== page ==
https://en.wikipedia.org/wiki/George_and_Elizabeth_Peckham

soupy
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Post by soupy » June 7th, 2018, 2:00 pm

Thanks for the great little nature lesson on wasps. A good choice.

PLOK
:thumbs:


Craig
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Sue Anderson
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Post by Sue Anderson » June 7th, 2018, 3:32 pm

Thanks for the PL, Craig! :)

Sue Anderson
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Post by Sue Anderson » June 7th, 2018, 3:39 pm

:birthday: Volume 57 is now FULL. Many thanks to all who contributed to this particularly fascinating volume of nonfiction!

Coming soon, Volume 058! Look for it in the "Readers Wanted: Short Works (Poetry & Prose)" thread. :D

knotyouraveragejo
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Post by knotyouraveragejo » June 9th, 2018, 8:28 am

Congratulations Sue, Craig and all of the readers! This collection is now in the LibriVox catalog and available for listeners to download. Please check the catalog page and let me know if any changes are needed:

https://librivox.org/short-nonfiction-collection-vol-057-by-various/
Jo
My Librivox Solos
Books are the carriers of civilization. Without books, history is silent, literature dumb, science crippled, thought and speculation at a standstill. - Barbara Tuchman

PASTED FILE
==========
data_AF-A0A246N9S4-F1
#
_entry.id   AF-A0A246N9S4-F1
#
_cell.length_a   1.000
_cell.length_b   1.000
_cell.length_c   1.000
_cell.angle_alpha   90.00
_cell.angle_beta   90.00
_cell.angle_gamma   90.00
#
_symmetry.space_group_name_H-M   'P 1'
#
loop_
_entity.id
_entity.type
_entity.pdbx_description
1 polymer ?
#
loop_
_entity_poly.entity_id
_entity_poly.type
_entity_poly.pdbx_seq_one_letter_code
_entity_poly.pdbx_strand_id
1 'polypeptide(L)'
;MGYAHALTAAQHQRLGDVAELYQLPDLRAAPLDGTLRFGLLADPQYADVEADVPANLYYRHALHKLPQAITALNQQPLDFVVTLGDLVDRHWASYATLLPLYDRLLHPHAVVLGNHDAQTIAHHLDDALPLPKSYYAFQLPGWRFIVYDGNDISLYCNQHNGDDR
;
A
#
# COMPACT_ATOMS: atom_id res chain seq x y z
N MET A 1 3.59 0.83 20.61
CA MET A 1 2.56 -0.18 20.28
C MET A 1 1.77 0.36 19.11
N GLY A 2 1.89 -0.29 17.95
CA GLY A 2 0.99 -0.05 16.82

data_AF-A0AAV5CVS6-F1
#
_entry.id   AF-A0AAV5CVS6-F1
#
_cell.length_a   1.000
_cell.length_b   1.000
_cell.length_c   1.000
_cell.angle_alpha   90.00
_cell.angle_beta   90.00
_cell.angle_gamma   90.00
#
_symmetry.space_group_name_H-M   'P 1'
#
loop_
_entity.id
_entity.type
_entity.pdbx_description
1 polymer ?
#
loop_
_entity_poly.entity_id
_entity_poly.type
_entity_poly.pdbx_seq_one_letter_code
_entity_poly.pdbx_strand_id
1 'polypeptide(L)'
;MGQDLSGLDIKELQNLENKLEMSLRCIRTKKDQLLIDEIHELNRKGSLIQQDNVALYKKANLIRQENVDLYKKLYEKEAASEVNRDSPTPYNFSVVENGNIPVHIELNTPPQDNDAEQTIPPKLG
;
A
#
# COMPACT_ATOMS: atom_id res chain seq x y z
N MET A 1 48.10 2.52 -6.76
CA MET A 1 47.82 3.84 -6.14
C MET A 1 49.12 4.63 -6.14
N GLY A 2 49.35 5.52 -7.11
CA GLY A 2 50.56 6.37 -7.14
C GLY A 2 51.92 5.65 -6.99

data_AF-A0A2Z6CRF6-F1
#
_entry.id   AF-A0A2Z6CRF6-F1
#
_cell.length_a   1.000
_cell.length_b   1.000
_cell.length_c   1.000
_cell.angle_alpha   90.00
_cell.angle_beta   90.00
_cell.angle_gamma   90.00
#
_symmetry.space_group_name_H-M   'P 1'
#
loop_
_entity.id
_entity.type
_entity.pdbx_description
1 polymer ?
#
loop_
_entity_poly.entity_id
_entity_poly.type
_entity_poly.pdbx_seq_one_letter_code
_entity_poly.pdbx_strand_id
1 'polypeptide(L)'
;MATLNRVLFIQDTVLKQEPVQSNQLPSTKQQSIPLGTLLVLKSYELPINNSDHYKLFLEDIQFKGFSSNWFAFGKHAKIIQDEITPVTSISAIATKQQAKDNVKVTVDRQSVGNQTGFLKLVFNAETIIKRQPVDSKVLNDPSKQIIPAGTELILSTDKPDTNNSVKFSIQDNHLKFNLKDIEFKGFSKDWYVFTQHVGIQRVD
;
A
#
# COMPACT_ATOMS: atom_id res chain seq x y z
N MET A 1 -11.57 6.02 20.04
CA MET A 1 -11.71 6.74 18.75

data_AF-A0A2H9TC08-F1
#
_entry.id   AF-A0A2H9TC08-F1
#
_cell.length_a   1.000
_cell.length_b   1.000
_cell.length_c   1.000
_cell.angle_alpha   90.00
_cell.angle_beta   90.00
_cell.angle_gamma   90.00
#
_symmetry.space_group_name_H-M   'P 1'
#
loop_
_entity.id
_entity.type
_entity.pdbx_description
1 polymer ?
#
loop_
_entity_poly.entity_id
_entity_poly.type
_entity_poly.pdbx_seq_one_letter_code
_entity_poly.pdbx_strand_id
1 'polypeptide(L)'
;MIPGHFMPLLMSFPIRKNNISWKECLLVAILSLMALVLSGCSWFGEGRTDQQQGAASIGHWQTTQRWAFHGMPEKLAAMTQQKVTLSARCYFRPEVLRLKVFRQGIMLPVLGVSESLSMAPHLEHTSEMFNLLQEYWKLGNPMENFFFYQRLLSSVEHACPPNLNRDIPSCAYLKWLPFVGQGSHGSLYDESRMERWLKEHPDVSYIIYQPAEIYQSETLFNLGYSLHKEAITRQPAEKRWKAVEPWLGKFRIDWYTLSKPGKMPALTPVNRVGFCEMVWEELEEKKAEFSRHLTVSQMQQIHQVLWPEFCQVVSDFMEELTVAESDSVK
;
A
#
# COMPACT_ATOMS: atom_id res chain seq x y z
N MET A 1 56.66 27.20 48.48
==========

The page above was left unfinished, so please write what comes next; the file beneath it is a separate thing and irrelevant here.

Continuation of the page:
Sue Anderson
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Post by Sue Anderson » June 9th, 2018, 9:47 am

Thanks for cataloging, Jo! :D

The only thing I notice is the spelling of D. B. Wier's name in #1. One expects it to be the other way around (Weir), but his family spelling is Wier: https://marshall.illinoisgenweb.org/histories/1976hopewell.htm. (p. 38)

knotyouraveragejo
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Post by knotyouraveragejo » June 9th, 2018, 10:26 am

It is now fixed in the database. Thanks for catching that.
Jo
My Librivox Solos
Books are the carriers of civilization. Without books, history is silent, literature dumb, science crippled, thought and speculation at a standstill. - Barbara Tuchman